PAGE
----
(HealthDay News) — A brief mindfulness-based intervention has a positive short-term effect on psychological and behavioral measures as well as proinflammatory signal markers in younger breast cancer survivors, according to a study published online December 23 in Cancer.

Julienne E. Bower, PhD, from the University of California in Los Angeles, and colleagues randomized women diagnosed with early-stage breast cancer (≥50 years of age) who had completed cancer treatment to a six-week Mindful Awareness Practices (MAPS) intervention group (39 patients) or to a wait-list control group (32 patients). Questionnaires, completed before and after the intervention, assessed the primary outcomes of stress and depressive symptoms as well as physical symptoms, cancer-related distress, and positive outcomes. Genomic and circulating markers of inflammation were evaluated from blood samples.

The researchers found that the MAPS intervention led to reductions in perceived stress (P=0.004), depressive symptoms (P=0.094), proinflammatory gene expression (P=0.009), and inflammatory signaling (P=0.001). Secondary outcomes of reduced fatigue, sleep disturbance, and vasomotor symptoms, as well as increased peace, meaning, and positive affect were seen (P<0.05 for all). At the three-month follow-up assessment, the intervention effects on psychological and behavioral measures were not maintained, although reductions in cancer-related distress were still observed.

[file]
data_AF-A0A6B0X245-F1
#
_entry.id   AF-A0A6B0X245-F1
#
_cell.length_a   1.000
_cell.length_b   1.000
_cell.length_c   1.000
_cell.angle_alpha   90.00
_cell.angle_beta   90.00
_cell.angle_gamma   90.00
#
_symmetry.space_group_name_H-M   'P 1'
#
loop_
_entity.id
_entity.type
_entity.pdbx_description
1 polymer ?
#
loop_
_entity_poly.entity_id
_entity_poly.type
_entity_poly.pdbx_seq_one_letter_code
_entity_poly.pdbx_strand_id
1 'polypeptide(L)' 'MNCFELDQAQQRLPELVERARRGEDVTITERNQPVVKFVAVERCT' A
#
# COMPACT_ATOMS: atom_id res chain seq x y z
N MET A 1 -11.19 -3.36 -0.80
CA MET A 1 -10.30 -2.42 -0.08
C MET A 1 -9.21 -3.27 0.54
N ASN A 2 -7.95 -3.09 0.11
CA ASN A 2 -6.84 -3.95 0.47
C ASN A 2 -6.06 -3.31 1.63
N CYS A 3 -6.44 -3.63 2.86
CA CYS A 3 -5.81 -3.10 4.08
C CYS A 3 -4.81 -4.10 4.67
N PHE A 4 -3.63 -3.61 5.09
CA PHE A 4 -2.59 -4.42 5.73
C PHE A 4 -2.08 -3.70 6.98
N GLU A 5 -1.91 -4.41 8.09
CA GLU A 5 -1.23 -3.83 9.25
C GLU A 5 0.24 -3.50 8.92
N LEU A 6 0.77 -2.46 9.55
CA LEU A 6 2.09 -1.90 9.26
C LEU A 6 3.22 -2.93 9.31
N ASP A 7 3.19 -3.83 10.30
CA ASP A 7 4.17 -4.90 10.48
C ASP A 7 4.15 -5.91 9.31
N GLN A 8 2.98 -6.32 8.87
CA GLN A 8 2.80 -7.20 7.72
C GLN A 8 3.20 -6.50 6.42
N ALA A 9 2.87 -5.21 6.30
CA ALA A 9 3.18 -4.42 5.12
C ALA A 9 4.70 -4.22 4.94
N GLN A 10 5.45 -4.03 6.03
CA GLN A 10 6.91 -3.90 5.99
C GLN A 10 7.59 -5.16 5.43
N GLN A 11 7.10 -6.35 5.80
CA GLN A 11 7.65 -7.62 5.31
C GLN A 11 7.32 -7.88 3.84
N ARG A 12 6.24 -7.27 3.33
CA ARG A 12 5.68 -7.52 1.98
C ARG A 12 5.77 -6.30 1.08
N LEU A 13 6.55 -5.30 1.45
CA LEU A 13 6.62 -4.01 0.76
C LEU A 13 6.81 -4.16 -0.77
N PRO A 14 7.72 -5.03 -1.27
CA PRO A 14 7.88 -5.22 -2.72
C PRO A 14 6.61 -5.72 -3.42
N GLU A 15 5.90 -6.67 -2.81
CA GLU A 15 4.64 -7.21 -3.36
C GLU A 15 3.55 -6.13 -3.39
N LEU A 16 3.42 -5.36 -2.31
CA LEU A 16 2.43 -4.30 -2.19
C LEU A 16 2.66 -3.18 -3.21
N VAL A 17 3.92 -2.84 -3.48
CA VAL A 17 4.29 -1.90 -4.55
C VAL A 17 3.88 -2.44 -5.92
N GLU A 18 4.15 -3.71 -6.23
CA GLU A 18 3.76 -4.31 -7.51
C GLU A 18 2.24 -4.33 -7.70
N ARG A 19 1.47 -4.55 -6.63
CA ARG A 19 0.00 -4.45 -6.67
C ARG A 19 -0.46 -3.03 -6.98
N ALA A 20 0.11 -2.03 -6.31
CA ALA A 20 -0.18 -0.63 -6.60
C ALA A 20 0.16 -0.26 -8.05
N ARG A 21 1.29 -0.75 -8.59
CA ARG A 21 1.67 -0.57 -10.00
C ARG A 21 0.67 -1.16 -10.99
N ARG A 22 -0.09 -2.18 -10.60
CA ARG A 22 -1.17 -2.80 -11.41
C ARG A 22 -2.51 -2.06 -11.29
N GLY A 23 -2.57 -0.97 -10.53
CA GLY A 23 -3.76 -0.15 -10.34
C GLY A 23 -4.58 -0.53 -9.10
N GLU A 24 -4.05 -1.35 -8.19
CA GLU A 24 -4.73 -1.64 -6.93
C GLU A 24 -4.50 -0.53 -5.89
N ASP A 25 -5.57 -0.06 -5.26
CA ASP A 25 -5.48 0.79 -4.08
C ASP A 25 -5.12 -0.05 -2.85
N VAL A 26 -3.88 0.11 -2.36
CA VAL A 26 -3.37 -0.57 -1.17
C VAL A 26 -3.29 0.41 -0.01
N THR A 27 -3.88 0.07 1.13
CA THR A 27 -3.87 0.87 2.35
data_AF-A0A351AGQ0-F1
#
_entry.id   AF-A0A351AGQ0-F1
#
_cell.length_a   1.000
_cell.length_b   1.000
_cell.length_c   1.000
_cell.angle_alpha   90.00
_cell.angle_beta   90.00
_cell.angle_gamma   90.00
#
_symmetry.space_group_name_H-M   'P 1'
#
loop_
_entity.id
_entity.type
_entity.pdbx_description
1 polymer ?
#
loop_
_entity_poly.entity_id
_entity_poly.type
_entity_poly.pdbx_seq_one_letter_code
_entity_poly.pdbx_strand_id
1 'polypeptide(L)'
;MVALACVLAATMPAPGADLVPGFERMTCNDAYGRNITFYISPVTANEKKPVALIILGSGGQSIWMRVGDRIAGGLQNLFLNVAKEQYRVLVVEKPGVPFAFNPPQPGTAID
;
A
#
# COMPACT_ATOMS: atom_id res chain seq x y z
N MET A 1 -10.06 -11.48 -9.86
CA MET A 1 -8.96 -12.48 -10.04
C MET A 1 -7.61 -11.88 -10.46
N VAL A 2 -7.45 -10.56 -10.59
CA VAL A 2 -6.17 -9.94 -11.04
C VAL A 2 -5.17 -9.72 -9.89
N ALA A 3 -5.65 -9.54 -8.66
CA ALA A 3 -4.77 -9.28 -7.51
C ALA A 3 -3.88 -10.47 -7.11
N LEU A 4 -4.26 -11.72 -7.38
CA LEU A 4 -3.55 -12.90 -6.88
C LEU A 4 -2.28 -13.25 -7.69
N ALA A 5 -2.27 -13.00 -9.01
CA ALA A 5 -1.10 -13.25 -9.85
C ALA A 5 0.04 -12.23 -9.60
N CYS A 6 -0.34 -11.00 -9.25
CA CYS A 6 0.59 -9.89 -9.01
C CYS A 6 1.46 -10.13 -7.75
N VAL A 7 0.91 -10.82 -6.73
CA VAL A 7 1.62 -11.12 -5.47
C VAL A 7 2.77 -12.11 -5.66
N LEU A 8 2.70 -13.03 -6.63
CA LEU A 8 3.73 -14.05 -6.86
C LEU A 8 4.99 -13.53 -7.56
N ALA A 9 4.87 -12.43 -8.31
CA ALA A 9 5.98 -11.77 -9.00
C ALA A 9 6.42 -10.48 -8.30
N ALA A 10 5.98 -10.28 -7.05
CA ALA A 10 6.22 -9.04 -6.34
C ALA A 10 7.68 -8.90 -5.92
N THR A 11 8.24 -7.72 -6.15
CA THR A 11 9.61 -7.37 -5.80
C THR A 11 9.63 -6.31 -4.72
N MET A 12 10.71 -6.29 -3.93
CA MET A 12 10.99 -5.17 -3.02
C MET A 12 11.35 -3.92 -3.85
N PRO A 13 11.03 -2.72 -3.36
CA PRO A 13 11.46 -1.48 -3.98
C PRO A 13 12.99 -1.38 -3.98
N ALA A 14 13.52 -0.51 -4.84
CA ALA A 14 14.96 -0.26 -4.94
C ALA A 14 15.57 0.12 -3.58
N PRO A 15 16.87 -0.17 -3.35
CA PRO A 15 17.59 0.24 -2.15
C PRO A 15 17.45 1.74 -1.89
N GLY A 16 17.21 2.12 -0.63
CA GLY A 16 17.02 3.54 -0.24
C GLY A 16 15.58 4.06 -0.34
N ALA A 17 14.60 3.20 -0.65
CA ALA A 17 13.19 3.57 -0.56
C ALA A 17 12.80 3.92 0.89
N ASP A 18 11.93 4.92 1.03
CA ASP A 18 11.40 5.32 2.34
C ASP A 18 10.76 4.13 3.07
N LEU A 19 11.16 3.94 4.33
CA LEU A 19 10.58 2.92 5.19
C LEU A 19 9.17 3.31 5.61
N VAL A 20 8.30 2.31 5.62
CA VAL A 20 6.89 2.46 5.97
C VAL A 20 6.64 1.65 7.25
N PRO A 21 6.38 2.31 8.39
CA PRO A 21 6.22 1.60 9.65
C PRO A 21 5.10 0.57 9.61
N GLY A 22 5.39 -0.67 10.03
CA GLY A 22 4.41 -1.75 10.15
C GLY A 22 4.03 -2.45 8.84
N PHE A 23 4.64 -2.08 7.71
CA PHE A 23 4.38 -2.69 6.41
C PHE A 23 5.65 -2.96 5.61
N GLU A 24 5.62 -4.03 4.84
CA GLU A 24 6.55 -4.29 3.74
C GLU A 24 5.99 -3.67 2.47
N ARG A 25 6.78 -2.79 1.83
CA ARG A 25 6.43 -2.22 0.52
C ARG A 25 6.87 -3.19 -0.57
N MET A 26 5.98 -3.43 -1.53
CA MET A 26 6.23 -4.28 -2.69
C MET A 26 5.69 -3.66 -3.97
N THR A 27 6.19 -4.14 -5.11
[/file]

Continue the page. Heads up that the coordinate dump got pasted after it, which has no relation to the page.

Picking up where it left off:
“A brief, mindfulness-based intervention demonstrated preliminary short-term efficacy in reducing stress, behavioral symptoms, and proinflammatory signaling in younger breast cancer survivors,” the authors write.

Full Text (subscription or payment may be required)